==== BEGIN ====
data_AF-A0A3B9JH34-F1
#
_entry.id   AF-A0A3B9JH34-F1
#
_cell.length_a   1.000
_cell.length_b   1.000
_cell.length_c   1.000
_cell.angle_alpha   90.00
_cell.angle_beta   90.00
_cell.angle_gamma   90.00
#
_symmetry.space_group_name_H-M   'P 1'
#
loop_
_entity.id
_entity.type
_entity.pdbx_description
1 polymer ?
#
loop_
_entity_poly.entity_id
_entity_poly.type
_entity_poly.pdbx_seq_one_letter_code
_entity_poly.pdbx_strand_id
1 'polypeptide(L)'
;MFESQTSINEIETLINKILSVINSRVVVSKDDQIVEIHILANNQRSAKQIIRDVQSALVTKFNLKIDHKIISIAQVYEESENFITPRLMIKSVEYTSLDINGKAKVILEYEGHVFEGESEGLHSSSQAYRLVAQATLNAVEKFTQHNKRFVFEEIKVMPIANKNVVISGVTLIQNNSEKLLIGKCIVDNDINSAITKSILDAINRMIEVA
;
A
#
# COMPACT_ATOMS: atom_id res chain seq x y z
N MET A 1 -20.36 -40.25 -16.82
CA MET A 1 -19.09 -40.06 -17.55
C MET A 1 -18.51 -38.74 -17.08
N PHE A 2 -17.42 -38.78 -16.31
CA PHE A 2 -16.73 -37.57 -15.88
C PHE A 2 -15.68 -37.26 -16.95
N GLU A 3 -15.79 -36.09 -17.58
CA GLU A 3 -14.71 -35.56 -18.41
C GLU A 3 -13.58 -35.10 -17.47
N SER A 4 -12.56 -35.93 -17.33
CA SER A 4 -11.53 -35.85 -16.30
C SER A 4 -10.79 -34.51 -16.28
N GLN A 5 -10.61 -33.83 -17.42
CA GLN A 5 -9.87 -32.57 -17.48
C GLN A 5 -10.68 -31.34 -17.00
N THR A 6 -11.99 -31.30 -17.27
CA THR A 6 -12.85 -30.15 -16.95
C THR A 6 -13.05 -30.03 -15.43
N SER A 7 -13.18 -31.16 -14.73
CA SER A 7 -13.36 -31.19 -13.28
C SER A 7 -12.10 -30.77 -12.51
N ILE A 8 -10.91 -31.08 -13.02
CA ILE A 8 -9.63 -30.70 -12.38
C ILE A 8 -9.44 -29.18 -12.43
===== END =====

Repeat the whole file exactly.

data_AF-A0A3B9JH34-F1
#
_entry.id   AF-A0A3B9JH34-F1
#
_cell.length_a   1.000
_cell.length_b   1.000
_cell.length_c   1.000
_cell.angle_alpha   90.00
_cell.angle_beta   90.00
_cell.angle_gamma   90.00
#
_symmetry.space_group_name_H-M   'P 1'
#
loop_
_entity.id
_entity.type
_entity.pdbx_description
1 polymer ?
#
loop_
_entity_poly.entity_id
_entity_poly.type
_entity_poly.pdbx_seq_one_letter_code
_entity_poly.pdbx_strand_id
1 'polypeptide(L)'
;MFESQTSINEIETLINKILSVINSRVVVSKDDQIVEIHILANNQRSAKQIIRDVQSALVTKFNLKIDHKIISIAQVYEESENFITPRLMIKSVEYTSLDINGKAKVILEYEGHVFEGESEGLHSSSQAYRLVAQATLNAVEKFTQHNKRFVFEEIKVMPIANKNVVISGVTLIQNNSEKLLIGKCIVDNDINSAITKSILDAINRMIEVA
;
A
#
# COMPACT_ATOMS: atom_id res chain seq x y z
N MET A 1 -20.36 -40.25 -16.82
CA MET A 1 -19.09 -40.06 -17.55
C MET A 1 -18.51 -38.74 -17.08
N PHE A 2 -17.42 -38.78 -16.31
CA PHE A 2 -16.73 -37.57 -15.88
C PHE A 2 -15.68 -37.26 -16.95
N GLU A 3 -15.79 -36.09 -17.58
CA GLU A 3 -14.71 -35.56 -18.41
C GLU A 3 -13.58 -35.10 -17.47
N SER A 4 -12.56 -35.93 -17.33
CA SER A 4 -11.53 -35.85 -16.30
C SER A 4 -10.79 -34.51 -16.28
N GLN A 5 -10.61 -33.83 -17.42
CA GLN A 5 -9.87 -32.57 -17.48
C GLN A 5 -10.68 -31.34 -17.00
N THR A 6 -11.99 -31.30 -17.27
CA THR A 6 -12.85 -30.15 -16.95
C THR A 6 -13.05 -30.03 -15.43
N SER A 7 -13.18 -31.16 -14.73
CA SER A 7 -13.36 -31.19 -13.28
C SER A 7 -12.10 -30.77 -12.51
N ILE A 8 -10.91 -31.08 -13.02
CA ILE A 8 -9.63 -30.70 -12.38
C ILE A 8 -9.44 -29.18 -12.43